3. Sheet Protector Anatomy Review. This idea came from a geography teacher from across the hall, who uses this as a study technique for reviewing locations on maps. Each student has a typical sheet protector and a dry erase or wet-erase marker. It saves money if you have one classroom set, but it's not unreasonable for students to provide their own, either. For this, I conduct a review after we go over the parts and functions of the male/female reproductive systems. I'll hand out a diagram of the male and female reproductive systems, with numbers next to each. Students will then take their marker and try to fill in as many of the blanks as possible. Next time, I'll probably use a word bank for this. This allows me to see which parts/functions the students are aware of (some of them are obvious...) and the parts I need to clarify.

4. GO-GO-MO: Give One, Get One, Move On. I initially learned about this during day one of The Skillful Teacher course. During that class, we used this to share different classroom management strategies. This activity is a great activator and gets the students out of their seats and moving around. Each student has a handout with a 3x3 table on it. At their desks, they fill in the top three boxes based on a prompt you give them. I might tell them, "Think of three positive strategies you can use to help stop bullying in our school." They jot three ideas that they can think of down, and then go around the room getting other ideas from their classmates. They can only write down ideas not already on their lists. After this activity is completed, we have a pretty comprehensive list of strategies we can use to help stop bullying! It's a great way to see how other students in the class think if you're looking for opinion type data. Another example I could use is to list examples of tobacco's effect on the cardiovascular system. A science colleague of mine uses this when he talks about different types of cells. Here's a link to a PDF of a GO-GO-MO sheet.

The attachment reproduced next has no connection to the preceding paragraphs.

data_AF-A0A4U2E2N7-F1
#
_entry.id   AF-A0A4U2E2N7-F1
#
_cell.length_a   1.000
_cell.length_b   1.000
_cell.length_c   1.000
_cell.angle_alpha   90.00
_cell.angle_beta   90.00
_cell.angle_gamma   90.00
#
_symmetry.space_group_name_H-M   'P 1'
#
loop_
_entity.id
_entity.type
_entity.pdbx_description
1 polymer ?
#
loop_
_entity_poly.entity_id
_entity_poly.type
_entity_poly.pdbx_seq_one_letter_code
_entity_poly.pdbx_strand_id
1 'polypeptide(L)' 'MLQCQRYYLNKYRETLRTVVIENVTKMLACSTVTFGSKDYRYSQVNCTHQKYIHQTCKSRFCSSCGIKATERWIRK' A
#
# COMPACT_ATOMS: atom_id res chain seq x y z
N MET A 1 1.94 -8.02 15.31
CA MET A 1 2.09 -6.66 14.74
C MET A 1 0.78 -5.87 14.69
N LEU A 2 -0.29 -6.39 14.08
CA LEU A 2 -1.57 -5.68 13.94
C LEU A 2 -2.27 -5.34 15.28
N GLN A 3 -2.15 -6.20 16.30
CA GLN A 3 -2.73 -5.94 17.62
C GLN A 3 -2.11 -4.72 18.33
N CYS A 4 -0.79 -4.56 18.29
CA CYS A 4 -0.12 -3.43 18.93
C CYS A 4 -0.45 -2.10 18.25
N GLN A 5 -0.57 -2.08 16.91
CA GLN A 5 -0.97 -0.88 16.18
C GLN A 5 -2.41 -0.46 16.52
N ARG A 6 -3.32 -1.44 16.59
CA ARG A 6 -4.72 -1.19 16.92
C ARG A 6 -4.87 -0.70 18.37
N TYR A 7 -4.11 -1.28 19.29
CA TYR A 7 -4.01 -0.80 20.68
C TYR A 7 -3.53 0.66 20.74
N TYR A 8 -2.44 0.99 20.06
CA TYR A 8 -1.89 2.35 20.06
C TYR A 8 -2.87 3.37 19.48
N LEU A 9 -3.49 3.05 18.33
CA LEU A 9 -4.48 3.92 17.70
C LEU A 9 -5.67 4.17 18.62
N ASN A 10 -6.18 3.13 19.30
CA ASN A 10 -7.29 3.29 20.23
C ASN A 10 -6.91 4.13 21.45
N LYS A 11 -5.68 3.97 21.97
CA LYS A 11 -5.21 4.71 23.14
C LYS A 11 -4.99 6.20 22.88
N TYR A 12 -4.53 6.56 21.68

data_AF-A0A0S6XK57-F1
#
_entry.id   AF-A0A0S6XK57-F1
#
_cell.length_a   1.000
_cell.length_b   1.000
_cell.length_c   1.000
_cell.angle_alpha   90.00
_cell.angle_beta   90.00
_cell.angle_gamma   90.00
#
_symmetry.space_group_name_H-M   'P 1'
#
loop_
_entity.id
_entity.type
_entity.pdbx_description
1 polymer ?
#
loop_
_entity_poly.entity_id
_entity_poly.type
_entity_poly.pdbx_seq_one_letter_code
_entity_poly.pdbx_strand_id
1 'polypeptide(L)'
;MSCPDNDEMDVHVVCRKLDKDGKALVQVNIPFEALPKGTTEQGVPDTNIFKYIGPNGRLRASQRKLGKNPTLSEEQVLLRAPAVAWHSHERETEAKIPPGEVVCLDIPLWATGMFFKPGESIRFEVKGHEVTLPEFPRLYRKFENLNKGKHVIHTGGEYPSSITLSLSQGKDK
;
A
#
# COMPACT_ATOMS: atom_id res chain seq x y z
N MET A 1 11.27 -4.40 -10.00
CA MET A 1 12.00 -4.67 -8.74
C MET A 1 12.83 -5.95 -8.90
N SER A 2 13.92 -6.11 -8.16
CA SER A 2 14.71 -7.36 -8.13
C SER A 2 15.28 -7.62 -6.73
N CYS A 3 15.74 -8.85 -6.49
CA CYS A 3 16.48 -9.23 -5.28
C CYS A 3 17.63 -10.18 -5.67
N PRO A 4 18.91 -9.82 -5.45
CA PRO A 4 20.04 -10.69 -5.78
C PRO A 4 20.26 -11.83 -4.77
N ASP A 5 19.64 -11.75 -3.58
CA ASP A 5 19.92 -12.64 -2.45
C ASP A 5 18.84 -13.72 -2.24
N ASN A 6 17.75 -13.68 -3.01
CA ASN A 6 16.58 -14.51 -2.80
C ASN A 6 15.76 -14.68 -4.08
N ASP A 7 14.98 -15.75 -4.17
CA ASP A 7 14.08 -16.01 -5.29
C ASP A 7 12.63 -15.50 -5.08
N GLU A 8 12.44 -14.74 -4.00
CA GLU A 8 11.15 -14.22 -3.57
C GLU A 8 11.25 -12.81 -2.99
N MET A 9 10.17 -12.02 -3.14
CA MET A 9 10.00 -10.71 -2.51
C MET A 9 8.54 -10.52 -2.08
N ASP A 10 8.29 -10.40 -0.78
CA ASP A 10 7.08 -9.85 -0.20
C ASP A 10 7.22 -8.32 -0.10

5. Popsicle Sticks. A simple, cheap tool with multiple uses. At the start of each trimester, I'll have my students each take a popsicle stick (I buy the large ones at a craft store) and write their name and period on them. I'll use them to randomly call on students during a lesson, asking them to summarize points I've made or to explain a concept to a friend. This is helpful to me when we talk about subjects such as the effects of alcohol on the human body because not all students have a grasp of the human body systems. It also helps keep the students paying attention, although I have found that many hate the "dreaded popsicle sticks" and will willingly participate instead of being called on randomly. But, I like it because it helps with universal participation. I use them to split students up into random groups, too. Take out the absent students and thrown down sticks like we used to do for pond hockey. I also have a separate set that are colored for the same purpose.

6. Crumpled Paper. Fun for the kids, but not very green. Have students take some scrap paper and write down a question they still have towards the end of a lesson. Once it's written down, they can crumple it up and toss it to the front of the room. Then, pick the
m up and open the question. You could also have the students throw them randomly around the room and have each student pick one up to see if they can answer it. As always, you should set some ground rules before you do this. I don't use this too often (maybe twice a year), but the kids love it. I've used this as a mini-activator for the first day of school with my sixth graders, who responded to the prompt, "What about middle school makes you nervous?" The anonymity helped kids be honest.

These are only a few examples of the countless ways you could use formative assessment in your classroom. This post is only a guide with a few ideas. Please try these out in your own classroom, and let me know how it goes! Last year, all the science teachers read a specific book about applying formative assessment to their curriculum, and I have been able to use some of their ideas in my own classroom. Experimentation is part of what makes teaching fun!